Mr Tehan singles out the creation of a new one-step from a university category as important (called National Institutes of Higher Education by Coaldrake, but to be known as “university colleges”.  He also mentions the review’s recommended research benchmarks for univerities.

Professor Coaldrake’s recommendations include:

* University colleges, “recognised for meeting additional criteria to those required of other higher education providers outside the universities and will have a significant measure of self-accrediting authority status.”

* setting standards so providers can “grow course and research offerings” and “transition” to another category

* including, “a threshold benchmark of quality and quantity of research” in the HE Provider Category Standards.

*  introducing and/or bolstering industry and community engagement and civic leadership in the category standards for universities and uni colleges

* changing legislation to permit “greenfield universities,” “to support innovation, population growth, and demand for higher education in the future”

expanding research requirements for universities. In 2030, existing universities should undertake “world standard research” in at least 50 per cent of fields of education they teach (up from 30 per cent). Any new university should start at 30 per cent and scale up to 50 per cent.

University lobbies were relaxed about Professor Coaldrake’s recommendations when announced, happy that there was no proposal to create teaching-only unis. It is likely that they will be the same with Minster Tehan’s response. Universities Australia certainly was last night, saying it was pleased Mr Tehan had accepted all recommendations including; “the nexus between teaching and research as a defining feature of Australia’s universities.”

Not so open on-line

Sebastian Kaempf knows how to put together a MOOC that works

The Uni Queensland academic’s MOOC, “Global Media, War and Technology (via edX) has run for years, with nearly 10 000 students and he won the International Studies Association’s 2019 innovative teaching award last month.

You can learn how he made the MOOC, in a new article with Carrie Finn (also Uni Queensland), which “provides an in-depth view into the pedagogical aims and design as well as the response to and experience of one specific MOOC.”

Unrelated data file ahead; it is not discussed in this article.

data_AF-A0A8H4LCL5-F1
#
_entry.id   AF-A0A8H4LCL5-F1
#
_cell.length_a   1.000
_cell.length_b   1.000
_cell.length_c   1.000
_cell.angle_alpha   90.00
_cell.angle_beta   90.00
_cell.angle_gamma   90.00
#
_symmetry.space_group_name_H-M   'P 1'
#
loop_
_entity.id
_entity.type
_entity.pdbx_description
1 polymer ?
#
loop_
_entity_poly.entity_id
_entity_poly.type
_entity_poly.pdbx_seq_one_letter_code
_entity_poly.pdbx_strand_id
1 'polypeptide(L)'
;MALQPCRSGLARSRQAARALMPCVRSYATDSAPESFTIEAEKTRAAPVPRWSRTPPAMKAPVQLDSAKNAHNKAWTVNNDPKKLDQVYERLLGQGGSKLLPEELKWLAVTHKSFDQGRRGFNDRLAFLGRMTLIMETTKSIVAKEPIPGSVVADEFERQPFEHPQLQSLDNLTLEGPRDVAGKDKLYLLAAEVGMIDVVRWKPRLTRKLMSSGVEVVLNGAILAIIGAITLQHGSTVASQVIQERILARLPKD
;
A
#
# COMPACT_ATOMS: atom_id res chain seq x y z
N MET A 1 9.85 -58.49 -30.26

At least you can if you have subscription access to International Studies Perspectives or have $45 spare to pay for short-term access.

What China wants from VET


The Chinese Government is keenly aware of VET’s role in lifting people out of poverty

I was pleased to be invited to address last week’s For the Future: International Conference on VET Development in Beijing.

Chinese senior officials and the Vice Minister for Education made it clear how significant VET is in continuing to grow their economy and adapt to a more technological future. Their current VET reforms are focussed on (a) lifting the quality of VET and (b) greater involvement of stakeholders in the VET system including particularly business. They are looking for ‘pragmatic’ cooperation on VET for the:

* digital economy * robotic transportation * modern logistics * culture * tourism * healthcare

The government is also keenly aware of the role VET can play in lifting people out of poverty. The central government (and through them the provincial governments) are focussed on VET for children in rural areas, children of single parents, and the “left behind” children (whose parents move to cities to work). They have pilot projects underway (backed by a 45 million RMB investment) in rural areas focussed on these priority groups involving: Apple, BHP Billiton, JP Morgan, and Microsoft, amongst others.

International speakers all discussed how critical VET is in the transition to a more digital future workplace. They also spoke about the value they placed on cooperation with China. This included the ambassadors of Canada and the Netherlands who also both expressed a desire to have their apprentices spend time working in China as part of their apprenticeship.

JP Morgan was a conference sponsor and discussed the US$325 million they have invested in VET initiatives over the last 5 years. In the next 5-years they will invest a further US$350 million – a lot of that in China and it will include work through their partnership with the International Labour Organisation to implement apprenticeships (with the support and involvement of the Chinese government).

Claire Field advises on VET, international education and private higher education.

Murdoch U court case and TEQSA assessment continue into new year

Yesterday Justice Jackson in the Federal Court issued consent orders on pleadings and discovery of documents and scheduled a case management hearing for April 20.

The complex dispute dates from Murdoch U academic Gerd Schröder-Turk expressing concerns, about the academic standards of some international students at the university on ABC TV’s Four Corners. The university rejects his claims and wants damages for loss of income and reputation.

Also for the new year is the Tertiary Education Quality Standards Agency compliance assessment of Murdoch U, which the agency said yesterday “remains ongoing.”

TEQSA sought information from Murdoch University in response to allegations within a Four Corners report, concerning admissions and performance of international students. TEQSA analysed that information and initiated a compliance assessment. Murdoch University has provided the further information requested, which TEQSA is currently considering,” the agency states.

TEQSA said yesterday “we anticipate this concluding in the first quarter of 2020.”


At Uni Canberra,  Peter Radoll moves up from dean to PVC, leading Aboriginal and Torres Strait Islander Leadership and Strategy.

 Danielle Wood will become Grattan Institute CEO in July. Ms Wood is now GI’s director of budget policy and institutional reform. She will replace inaugural CEO John Daley.